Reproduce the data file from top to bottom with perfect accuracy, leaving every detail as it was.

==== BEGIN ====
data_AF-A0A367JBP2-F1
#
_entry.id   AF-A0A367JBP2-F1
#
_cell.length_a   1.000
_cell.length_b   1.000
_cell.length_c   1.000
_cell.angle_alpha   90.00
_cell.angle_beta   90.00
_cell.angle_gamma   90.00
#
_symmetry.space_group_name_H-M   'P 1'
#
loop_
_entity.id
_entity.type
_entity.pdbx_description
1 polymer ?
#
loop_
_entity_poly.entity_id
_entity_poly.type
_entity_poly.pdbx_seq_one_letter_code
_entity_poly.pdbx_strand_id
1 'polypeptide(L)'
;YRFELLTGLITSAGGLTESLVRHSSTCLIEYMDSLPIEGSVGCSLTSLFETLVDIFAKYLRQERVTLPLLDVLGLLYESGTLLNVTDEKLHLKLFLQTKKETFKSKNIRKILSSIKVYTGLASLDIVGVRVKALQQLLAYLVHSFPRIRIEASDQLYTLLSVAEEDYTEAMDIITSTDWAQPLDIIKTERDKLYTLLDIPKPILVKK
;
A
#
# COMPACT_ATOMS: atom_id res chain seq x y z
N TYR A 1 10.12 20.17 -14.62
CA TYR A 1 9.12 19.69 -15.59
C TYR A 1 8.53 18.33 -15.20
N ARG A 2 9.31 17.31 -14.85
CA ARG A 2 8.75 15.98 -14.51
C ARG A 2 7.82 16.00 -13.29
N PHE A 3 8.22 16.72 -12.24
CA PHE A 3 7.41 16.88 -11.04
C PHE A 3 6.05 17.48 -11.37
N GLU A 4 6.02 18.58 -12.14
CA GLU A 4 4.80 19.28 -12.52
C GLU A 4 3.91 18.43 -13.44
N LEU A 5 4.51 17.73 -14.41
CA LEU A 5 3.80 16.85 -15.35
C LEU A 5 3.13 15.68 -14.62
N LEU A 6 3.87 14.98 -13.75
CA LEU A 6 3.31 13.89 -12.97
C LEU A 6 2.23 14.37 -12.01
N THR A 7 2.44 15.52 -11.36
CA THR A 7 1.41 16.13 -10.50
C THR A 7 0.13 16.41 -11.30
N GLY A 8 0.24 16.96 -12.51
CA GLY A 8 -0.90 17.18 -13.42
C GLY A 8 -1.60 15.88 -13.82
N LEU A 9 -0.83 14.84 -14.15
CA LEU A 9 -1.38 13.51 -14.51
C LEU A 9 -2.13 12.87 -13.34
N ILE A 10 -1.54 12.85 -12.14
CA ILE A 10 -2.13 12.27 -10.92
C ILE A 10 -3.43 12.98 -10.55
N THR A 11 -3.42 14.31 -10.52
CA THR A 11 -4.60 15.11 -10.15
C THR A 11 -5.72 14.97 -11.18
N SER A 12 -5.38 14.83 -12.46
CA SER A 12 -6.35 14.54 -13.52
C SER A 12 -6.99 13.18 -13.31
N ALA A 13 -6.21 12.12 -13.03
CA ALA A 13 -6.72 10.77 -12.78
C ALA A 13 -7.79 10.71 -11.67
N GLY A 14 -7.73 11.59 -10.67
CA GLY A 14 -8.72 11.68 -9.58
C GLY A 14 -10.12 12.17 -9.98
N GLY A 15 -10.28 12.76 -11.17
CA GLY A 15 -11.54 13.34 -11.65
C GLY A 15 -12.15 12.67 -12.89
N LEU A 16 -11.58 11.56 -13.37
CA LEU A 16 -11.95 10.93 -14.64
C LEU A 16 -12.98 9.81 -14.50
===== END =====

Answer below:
data_AF-A0A367JBP2-F1
#
_entry.id   AF-A0A367JBP2-F1
#
_cell.length_a   1.000
_cell.length_b   1.000
_cell.length_c   1.000
_cell.angle_alpha   90.00
_cell.angle_beta   90.00
_cell.angle_gamma   90.00
#
_symmetry.space_group_name_H-M   'P 1'
#
loop_
_entity.id
_entity.type
_entity.pdbx_description
1 polymer ?
#
loop_
_entity_poly.entity_id
_entity_poly.type
_entity_poly.pdbx_seq_one_letter_code
_entity_poly.pdbx_strand_id
1 'polypeptide(L)'
;YRFELLTGLITSAGGLTESLVRHSSTCLIEYMDSLPIEGSVGCSLTSLFETLVDIFAKYLRQERVTLPLLDVLGLLYESGTLLNVTDEKLHLKLFLQTKKETFKSKNIRKILSSIKVYTGLASLDIVGVRVKALQQLLAYLVHSFPRIRIEASDQLYTLLSVAEEDYTEAMDIITSTDWAQPLDIIKTERDKLYTLLDIPKPILVKK
;
A
#
# COMPACT_ATOMS: atom_id res chain seq x y z
N TYR A 1 10.12 20.17 -14.62
CA TYR A 1 9.12 19.69 -15.59
C TYR A 1 8.53 18.33 -15.20
N ARG A 2 9.31 17.31 -14.85
CA ARG A 2 8.75 15.98 -14.51
C ARG A 2 7.82 16.00 -13.29
N PHE A 3 8.22 16.72 -12.24
CA PHE A 3 7.41 16.88 -11.04
C PHE A 3 6.05 17.48 -11.37
N GLU A 4 6.02 18.58 -12.14
CA GLU A 4 4.80 19.28 -12.52
C GLU A 4 3.91 18.43 -13.44
N LEU A 5 4.51 17.73 -14.41
CA LEU A 5 3.80 16.85 -15.35
C LEU A 5 3.13 15.68 -14.62
N LEU A 6 3.87 14.98 -13.75
CA LEU A 6 3.31 13.89 -12.97
C LEU A 6 2.23 14.37 -12.01
N THR A 7 2.44 15.52 -11.36
CA THR A 7 1.41 16.13 -10.50
C THR A 7 0.13 16.41 -11.30
N GLY A 8 0.24 16.96 -12.51
CA GLY A 8 -0.90 17.18 -13.42
C GLY A 8 -1.60 15.88 -13.82
N LEU A 9 -0.83 14.84 -14.15
CA LEU A 9 -1.38 13.51 -14.51
C LEU A 9 -2.13 12.87 -13.34
N ILE A 10 -1.54 12.85 -12.14
CA ILE A 10 -2.13 12.27 -10.92
C ILE A 10 -3.43 12.98 -10.55
N THR A 11 -3.42 14.31 -10.52
CA THR A 11 -4.60 15.11 -10.15
C THR A 11 -5.72 14.97 -11.18
N SER A 12 -5.38 14.83 -12.46
CA SER A 12 -6.35 14.54 -13.52
C SER A 12 -6.99 13.18 -13.31
N ALA A 13 -6.21 12.12 -13.03
CA ALA A 13 -6.72 10.77 -12.78
C ALA A 13 -7.79 10.71 -11.67
N GLY A 14 -7.73 11.59 -10.67
CA GLY A 14 -8.72 11.68 -9.58
C GLY A 14 -10.12 12.17 -9.98
N GLY A 15 -10.28 12.76 -11.17
CA GLY A 15 -11.54 13.34 -11.65
C GLY A 15 -12.15 12.67 -12.89
N LEU A 16 -11.58 11.56 -13.37
CA LEU A 16 -11.95 10.93 -14.64
C LEU A 16 -12.98 9.81 -14.50